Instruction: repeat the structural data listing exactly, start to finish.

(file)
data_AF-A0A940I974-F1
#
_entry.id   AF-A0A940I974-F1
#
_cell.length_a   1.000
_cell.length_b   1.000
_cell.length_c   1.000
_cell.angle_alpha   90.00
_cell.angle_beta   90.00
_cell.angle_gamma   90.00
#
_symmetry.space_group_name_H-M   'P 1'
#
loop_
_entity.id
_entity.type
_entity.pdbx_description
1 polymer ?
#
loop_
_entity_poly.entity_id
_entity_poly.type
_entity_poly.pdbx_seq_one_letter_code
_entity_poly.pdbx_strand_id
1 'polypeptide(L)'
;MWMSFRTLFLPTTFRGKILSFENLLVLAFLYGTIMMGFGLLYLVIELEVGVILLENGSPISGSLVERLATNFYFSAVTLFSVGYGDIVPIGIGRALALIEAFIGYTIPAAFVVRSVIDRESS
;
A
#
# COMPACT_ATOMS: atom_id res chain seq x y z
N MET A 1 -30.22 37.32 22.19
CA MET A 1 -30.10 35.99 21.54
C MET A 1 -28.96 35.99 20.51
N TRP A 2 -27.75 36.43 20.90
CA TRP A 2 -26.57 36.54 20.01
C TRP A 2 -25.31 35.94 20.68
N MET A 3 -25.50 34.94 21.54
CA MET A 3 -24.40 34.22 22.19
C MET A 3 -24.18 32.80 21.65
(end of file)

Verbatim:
data_AF-A0A940I974-F1
#
_entry.id   AF-A0A940I974-F1
#
_cell.length_a   1.000
_cell.length_b   1.000
_cell.length_c   1.000
_cell.angle_alpha   90.00
_cell.angle_beta   90.00
_cell.angle_gamma   90.00
#
_symmetry.space_group_name_H-M   'P 1'
#
loop_
_entity.id
_entity.type
_entity.pdbx_description
1 polymer ?
#
loop_
_entity_poly.entity_id
_entity_poly.type
_entity_poly.pdbx_seq_one_letter_code
_entity_poly.pdbx_strand_id
1 'polypeptide(L)'
;MWMSFRTLFLPTTFRGKILSFENLLVLAFLYGTIMMGFGLLYLVIELEVGVILLENGSPISGSLVERLATNFYFSAVTLFSVGYGDIVPIGIGRALALIEAFIGYTIPAAFVVRSVIDRESS
;
A
#
# COMPACT_ATOMS: atom_id res chain seq x y z
N MET A 1 -30.22 37.32 22.19
CA MET A 1 -30.10 35.99 21.54
C MET A 1 -28.96 35.99 20.51
N TRP A 2 -27.75 36.43 20.90
CA TRP A 2 -26.57 36.54 20.01
C TRP A 2 -25.31 35.94 20.68
N MET A 3 -25.50 34.94 21.54
CA MET A 3 -24.40 34.22 22.19
C MET A 3 -24.18 32.80 21.65